Joyce Jed, president of Good of Neighbors of Park Slope, is an extraordinarily caring human being. She even worries about how candidates for the Good Neighbors board will feel if they lose the election.
Joyce has always liked running organizations, a talent that has greatly benefitted members of Good Neighbors. And as a professional in the field of mental health, she saw how a lack of social support could lead to serious mental illness. So, when she retired from her job as an administrator at the South Beach Psychiatric Center in 2000, it’s not surprising that, not long after, her thoughts turned to the needs of older adults.
“Suddenly we found ourselves in that category, older adults,” she said, laughing, referring to her friends and neighbors, most of whom, like her, had spent a good part of their adult lives in Park Slope and were now in their sixties and seventies. “What were we going to do,” she said. “As we got older, what kinds of services would we need?”
As she talked with other people about this, she discovered that Bob Ohlerking, who lived in another part of Park Slope, was also concerned. They decided to invite the people they knew to a meeting in Joyce’s living room. One Sunday afternoon in 2014, more than 40 people showed up!
Most had heard of the “Aging in Place” movement so they pooled their knowledge and, after the first big meeting, they broke up into committees, each with a mandate to decide what was needed to set up the kind of organization they envisaged.
“Because of my background, I was thinking that we would have to hire a part-time coordinator to organize services for people and so the annual membership fee would have to be around $1,000, more than most people want to pay.”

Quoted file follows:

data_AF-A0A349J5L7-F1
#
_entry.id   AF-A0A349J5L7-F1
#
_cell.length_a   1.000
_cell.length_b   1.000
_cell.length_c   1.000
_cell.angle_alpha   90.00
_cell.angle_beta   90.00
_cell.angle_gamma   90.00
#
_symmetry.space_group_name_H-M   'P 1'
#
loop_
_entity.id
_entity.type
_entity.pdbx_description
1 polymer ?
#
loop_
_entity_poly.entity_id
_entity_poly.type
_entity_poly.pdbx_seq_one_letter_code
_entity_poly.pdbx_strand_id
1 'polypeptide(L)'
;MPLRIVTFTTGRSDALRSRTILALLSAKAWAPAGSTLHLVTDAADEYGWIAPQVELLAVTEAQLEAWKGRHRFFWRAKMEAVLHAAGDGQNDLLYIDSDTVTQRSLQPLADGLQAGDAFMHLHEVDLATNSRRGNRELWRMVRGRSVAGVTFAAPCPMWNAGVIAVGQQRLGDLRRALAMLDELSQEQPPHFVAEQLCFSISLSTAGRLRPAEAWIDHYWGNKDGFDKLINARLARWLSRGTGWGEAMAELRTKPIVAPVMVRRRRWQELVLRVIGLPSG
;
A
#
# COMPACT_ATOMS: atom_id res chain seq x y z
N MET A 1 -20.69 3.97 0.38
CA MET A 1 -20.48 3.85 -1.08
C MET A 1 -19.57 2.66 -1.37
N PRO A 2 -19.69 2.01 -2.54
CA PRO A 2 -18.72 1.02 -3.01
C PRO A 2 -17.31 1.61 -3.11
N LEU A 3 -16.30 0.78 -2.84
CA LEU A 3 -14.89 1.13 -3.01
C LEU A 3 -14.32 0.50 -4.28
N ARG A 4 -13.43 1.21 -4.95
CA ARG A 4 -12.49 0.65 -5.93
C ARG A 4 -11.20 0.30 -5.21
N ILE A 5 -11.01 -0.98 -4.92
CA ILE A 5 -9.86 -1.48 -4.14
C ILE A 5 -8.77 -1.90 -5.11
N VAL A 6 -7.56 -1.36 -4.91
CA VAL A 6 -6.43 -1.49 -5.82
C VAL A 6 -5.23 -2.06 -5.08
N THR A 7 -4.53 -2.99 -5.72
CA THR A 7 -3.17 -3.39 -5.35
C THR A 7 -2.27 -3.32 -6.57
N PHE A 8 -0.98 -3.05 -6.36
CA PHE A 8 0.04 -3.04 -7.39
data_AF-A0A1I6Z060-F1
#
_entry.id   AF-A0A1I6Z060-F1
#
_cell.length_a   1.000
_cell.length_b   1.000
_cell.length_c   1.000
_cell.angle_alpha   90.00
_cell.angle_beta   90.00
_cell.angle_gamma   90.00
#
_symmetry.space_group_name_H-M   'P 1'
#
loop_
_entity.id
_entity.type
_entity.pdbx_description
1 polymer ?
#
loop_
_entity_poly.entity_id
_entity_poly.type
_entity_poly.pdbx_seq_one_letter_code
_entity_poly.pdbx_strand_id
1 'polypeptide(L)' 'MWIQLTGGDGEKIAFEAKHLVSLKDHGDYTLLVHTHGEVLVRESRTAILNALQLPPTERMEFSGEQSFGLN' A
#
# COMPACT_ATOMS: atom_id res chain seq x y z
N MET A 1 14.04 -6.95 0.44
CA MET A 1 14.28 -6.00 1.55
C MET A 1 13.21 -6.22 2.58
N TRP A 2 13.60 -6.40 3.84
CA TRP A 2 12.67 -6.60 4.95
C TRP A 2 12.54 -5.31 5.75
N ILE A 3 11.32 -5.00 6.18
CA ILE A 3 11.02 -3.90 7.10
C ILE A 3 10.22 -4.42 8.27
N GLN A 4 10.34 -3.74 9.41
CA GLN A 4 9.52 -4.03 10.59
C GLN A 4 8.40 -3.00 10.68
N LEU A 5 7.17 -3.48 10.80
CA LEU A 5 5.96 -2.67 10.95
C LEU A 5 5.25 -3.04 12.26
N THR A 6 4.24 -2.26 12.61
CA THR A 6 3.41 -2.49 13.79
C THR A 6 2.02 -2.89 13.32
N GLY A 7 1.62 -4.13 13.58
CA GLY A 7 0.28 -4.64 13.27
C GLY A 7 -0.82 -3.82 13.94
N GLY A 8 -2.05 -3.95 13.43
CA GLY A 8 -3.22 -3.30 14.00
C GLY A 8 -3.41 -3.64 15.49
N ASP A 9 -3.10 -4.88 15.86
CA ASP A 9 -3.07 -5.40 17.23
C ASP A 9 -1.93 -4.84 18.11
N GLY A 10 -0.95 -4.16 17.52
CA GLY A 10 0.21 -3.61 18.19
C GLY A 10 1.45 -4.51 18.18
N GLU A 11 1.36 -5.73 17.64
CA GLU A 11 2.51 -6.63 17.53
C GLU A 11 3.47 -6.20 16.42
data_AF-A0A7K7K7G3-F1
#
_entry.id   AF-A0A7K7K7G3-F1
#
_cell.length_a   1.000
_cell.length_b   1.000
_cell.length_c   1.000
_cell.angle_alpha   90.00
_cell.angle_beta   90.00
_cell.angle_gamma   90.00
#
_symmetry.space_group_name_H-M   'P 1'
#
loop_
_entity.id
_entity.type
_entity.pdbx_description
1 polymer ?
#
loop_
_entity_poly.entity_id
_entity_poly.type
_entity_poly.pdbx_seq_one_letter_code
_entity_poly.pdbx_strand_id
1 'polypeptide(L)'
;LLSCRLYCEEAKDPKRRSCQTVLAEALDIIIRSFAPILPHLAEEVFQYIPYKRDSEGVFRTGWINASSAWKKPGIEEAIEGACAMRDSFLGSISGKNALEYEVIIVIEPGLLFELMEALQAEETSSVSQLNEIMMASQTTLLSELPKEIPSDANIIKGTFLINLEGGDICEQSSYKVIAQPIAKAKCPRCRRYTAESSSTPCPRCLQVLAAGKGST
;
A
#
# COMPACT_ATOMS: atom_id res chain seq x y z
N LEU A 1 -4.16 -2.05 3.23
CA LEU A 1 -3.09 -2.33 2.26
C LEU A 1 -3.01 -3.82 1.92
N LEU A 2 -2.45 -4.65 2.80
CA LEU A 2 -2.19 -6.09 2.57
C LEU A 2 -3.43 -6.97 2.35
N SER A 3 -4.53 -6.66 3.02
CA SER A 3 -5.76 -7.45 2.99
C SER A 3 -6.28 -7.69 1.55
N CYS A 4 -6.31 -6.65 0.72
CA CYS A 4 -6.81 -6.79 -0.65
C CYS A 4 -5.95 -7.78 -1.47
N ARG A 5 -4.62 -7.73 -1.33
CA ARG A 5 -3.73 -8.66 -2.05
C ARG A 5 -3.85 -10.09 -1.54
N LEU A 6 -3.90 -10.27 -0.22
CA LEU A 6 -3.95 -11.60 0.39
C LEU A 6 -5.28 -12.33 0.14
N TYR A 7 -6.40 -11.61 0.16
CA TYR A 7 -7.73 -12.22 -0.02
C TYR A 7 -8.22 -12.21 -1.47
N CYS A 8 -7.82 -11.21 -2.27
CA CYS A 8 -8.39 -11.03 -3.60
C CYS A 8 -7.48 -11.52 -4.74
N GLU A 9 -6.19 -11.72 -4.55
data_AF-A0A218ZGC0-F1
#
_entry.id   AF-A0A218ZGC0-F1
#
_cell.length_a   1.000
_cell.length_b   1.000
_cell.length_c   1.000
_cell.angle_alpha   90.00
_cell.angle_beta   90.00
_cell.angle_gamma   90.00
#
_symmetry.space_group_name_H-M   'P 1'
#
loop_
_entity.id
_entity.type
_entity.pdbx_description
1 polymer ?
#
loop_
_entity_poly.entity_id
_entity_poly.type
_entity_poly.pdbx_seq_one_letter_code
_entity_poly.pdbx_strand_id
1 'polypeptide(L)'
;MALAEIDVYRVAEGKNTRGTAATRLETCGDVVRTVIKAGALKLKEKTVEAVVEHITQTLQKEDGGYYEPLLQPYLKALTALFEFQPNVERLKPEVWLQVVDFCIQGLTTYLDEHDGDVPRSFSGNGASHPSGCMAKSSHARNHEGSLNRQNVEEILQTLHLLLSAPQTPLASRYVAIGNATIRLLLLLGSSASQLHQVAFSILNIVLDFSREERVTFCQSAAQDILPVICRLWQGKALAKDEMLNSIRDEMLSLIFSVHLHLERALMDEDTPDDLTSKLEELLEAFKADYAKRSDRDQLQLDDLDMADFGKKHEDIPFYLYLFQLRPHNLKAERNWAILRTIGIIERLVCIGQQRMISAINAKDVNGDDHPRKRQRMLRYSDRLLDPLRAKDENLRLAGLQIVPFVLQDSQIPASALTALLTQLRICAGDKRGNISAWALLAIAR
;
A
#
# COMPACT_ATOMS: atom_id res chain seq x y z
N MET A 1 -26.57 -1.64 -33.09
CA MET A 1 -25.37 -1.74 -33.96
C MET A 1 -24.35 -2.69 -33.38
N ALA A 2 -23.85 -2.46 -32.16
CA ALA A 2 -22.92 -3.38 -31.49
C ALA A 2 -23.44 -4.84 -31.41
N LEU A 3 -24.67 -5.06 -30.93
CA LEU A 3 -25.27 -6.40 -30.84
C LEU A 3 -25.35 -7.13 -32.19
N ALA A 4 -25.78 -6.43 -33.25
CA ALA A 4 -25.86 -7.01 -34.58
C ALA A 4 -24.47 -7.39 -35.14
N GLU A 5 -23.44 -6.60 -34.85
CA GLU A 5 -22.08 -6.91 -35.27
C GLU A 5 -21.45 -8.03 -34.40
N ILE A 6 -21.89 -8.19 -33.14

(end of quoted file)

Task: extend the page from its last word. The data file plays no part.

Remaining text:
“I chaired some of the groups but the task became overwhelming. I had grandchildren who needed me and I was involved in other activities.” (Joyce has two sons, one who lives in California and has one child, and another son who lives in Rockland County, New York and has three.) “In the end we formed a steering committee of about 10 people who met every month to hash out what was required to become a non-profit.”
Ultimately, they decided to open up in two phases, the first one being social activities run by volunteers and the second, social services, later dubbed Share and Support.
“When it came to organizing the Share and Support phase in 2020, we put a lot of effort into it but surprisingly we found nobody really wanted this kind of help. I’m still puzzled about that.”
“Of course, we had to have a web site. We considered paying $1,000 to someone to set it up but then Lynne Ornstein said she wanted to try. She said she’d been interested for years. And you know the result. We have this amazing website that’s probably the envy of much bigger organizations.”
When she’s not working on behalf of Good Neighbors, Joyce and Arnie Wendroff, her husband, a serious outdoors man, are thinking about their next expedition. On their first vacation together, they went to Africa. Now they’re in love with France and are exploring the French countryside through a company that helps set up bike trips, mapping out routes and places to stay.
Anyone who knows Joyce, knows that she brings the same spirit of adventure and planning to Good Neighbors as she does to her backpacking trips.
Joyce and Arnie biking in France